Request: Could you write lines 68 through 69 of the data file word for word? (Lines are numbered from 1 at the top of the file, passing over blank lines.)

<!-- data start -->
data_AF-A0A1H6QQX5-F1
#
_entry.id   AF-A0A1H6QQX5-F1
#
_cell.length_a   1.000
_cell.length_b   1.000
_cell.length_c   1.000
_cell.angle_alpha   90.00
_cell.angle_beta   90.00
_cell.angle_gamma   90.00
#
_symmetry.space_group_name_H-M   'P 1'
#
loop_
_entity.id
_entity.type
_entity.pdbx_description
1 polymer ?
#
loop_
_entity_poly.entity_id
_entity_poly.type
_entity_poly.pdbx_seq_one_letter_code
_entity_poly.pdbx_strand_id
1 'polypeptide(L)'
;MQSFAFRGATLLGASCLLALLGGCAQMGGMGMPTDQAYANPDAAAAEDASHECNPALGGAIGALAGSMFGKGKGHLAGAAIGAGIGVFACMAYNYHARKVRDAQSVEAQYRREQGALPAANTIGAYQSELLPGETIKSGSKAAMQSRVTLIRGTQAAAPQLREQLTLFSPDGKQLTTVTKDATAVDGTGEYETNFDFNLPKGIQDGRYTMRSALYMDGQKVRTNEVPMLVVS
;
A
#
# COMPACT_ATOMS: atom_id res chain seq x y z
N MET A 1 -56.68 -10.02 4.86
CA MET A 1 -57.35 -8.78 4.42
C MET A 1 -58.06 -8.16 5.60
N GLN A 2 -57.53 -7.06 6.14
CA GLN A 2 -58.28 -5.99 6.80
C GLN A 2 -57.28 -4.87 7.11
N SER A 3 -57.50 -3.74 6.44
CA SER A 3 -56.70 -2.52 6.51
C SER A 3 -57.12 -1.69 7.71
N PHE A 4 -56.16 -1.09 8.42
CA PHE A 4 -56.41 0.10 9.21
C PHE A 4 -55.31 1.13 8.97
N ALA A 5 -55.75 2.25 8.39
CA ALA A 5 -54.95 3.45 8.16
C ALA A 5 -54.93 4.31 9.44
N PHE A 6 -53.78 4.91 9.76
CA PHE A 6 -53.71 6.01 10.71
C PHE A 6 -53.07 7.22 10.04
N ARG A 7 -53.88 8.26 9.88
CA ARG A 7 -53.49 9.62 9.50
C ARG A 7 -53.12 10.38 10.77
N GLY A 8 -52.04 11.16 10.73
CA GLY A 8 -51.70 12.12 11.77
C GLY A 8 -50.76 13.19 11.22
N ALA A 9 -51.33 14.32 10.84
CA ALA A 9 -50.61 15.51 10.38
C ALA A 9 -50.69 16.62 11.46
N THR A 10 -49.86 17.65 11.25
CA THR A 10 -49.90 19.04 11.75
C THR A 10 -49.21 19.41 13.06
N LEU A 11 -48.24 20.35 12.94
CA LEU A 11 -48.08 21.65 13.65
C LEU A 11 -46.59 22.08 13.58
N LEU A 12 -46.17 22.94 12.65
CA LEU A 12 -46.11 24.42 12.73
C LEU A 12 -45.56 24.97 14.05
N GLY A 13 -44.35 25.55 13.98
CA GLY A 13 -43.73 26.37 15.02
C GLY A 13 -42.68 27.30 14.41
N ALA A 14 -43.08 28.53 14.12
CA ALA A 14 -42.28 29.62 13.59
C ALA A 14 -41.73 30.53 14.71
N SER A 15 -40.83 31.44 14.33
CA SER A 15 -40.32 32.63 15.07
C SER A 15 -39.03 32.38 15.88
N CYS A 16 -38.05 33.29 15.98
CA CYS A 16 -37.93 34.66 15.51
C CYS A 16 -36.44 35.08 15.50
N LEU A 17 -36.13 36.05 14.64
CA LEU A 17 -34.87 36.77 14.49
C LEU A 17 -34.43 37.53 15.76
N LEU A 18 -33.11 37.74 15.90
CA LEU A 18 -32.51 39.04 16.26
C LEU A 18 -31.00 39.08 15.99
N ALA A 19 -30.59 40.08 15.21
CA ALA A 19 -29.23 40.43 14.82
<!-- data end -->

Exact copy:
CA GLY A 13 -43.73 26.37 15.02
C GLY A 13 -42.68 27.30 14.41